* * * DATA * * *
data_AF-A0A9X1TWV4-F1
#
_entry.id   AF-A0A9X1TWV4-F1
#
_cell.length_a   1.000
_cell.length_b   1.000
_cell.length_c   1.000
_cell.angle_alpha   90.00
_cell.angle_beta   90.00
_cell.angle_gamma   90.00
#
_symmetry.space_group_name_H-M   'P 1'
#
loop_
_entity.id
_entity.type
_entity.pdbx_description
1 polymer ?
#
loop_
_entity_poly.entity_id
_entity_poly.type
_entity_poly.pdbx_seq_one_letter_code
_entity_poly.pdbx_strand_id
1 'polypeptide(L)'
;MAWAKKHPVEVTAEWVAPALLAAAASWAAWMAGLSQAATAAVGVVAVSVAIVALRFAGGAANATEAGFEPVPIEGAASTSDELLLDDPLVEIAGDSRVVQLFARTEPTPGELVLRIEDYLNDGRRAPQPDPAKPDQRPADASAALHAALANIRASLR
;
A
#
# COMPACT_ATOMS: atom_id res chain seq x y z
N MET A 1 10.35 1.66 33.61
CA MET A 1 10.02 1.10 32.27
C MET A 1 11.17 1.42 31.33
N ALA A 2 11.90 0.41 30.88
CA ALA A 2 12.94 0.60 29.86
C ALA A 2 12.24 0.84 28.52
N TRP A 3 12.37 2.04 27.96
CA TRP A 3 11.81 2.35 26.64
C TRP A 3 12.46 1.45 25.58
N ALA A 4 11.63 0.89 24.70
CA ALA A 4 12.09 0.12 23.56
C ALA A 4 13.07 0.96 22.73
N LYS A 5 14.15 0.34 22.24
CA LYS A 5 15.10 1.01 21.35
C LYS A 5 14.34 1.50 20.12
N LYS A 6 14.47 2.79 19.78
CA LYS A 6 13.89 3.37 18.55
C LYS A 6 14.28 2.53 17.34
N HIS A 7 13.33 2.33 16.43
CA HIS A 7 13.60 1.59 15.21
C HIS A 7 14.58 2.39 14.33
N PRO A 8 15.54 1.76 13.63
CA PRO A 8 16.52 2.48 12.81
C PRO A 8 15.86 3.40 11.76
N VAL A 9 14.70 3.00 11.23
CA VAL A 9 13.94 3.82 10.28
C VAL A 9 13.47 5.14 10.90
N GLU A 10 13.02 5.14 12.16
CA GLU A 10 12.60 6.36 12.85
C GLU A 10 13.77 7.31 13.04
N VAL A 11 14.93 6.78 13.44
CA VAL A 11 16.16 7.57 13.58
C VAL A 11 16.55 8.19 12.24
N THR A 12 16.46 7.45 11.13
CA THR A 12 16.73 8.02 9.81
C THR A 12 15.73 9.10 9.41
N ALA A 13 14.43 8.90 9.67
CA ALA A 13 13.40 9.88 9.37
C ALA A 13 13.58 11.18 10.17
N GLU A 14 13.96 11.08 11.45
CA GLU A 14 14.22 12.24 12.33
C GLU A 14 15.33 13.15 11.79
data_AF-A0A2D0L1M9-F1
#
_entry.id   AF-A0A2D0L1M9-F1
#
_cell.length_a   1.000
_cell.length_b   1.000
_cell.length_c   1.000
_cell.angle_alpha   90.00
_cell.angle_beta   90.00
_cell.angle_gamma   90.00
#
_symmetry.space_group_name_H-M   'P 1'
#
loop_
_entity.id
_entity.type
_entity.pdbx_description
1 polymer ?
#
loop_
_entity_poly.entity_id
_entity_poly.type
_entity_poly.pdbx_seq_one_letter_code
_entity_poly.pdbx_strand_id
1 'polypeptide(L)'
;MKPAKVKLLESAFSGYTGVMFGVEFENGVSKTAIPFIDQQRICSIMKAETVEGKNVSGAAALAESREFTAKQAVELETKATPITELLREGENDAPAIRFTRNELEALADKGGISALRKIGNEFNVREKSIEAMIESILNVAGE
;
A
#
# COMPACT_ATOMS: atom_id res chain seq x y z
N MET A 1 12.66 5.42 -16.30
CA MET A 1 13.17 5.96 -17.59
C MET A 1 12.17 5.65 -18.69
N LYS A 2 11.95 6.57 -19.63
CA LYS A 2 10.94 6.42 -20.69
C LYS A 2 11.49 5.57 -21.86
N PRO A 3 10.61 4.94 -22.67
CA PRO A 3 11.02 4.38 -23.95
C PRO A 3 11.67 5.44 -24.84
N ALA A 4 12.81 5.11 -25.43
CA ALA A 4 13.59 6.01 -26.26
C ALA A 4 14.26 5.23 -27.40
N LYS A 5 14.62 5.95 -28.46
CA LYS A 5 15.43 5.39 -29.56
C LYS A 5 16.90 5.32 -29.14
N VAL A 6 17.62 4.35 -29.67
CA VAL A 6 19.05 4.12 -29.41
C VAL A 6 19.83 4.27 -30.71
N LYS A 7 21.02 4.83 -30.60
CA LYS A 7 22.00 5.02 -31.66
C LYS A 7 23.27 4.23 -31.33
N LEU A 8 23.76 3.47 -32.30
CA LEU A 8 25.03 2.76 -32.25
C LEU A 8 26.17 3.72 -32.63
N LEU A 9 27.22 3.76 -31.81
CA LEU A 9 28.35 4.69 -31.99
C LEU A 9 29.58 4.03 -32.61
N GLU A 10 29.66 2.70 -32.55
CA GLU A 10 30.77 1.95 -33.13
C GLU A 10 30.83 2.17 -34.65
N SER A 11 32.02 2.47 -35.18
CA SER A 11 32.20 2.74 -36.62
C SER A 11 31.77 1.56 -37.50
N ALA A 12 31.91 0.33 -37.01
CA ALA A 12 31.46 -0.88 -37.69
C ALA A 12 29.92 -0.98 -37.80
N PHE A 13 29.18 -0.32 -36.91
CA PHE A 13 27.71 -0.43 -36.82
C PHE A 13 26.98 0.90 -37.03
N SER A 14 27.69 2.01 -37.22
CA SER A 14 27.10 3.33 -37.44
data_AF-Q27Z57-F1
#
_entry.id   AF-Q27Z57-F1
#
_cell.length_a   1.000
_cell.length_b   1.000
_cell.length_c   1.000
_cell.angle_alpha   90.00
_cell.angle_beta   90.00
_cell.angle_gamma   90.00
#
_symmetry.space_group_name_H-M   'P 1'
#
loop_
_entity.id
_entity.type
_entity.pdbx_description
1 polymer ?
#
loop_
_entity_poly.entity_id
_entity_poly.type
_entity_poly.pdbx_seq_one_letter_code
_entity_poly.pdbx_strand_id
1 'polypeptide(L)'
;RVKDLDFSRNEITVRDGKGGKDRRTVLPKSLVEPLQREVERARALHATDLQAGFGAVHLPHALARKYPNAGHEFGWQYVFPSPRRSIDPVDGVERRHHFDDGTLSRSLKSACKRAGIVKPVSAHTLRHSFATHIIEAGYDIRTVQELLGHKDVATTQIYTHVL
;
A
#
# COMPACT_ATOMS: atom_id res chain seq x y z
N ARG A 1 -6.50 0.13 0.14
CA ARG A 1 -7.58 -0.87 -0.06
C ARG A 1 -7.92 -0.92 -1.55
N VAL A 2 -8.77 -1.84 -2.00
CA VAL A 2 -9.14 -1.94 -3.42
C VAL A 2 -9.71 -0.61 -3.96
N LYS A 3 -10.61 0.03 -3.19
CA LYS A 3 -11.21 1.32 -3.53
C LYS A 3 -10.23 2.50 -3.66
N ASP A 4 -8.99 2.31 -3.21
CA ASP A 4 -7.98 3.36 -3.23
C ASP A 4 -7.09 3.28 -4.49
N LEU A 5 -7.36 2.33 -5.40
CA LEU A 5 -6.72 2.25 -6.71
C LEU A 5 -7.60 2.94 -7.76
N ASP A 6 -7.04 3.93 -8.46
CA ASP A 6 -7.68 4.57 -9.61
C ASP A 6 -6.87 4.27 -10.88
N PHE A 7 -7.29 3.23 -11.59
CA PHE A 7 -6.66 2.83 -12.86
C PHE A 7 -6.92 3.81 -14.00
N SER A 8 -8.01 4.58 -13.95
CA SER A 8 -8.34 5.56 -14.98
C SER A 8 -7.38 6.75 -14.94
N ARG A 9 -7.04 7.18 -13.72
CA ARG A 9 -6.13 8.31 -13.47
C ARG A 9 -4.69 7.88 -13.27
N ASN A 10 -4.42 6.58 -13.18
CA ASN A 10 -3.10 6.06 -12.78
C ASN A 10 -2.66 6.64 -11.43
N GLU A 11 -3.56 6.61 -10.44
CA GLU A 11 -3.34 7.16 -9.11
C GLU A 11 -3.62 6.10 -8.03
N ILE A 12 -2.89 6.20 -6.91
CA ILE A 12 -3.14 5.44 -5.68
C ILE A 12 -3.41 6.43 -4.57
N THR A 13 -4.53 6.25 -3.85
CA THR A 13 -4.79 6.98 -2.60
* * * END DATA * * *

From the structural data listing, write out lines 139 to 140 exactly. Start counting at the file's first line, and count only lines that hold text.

N PHE A 13 29.18 -0.32 -36.91
CA PHE A 13 27.71 -0.43 -36.82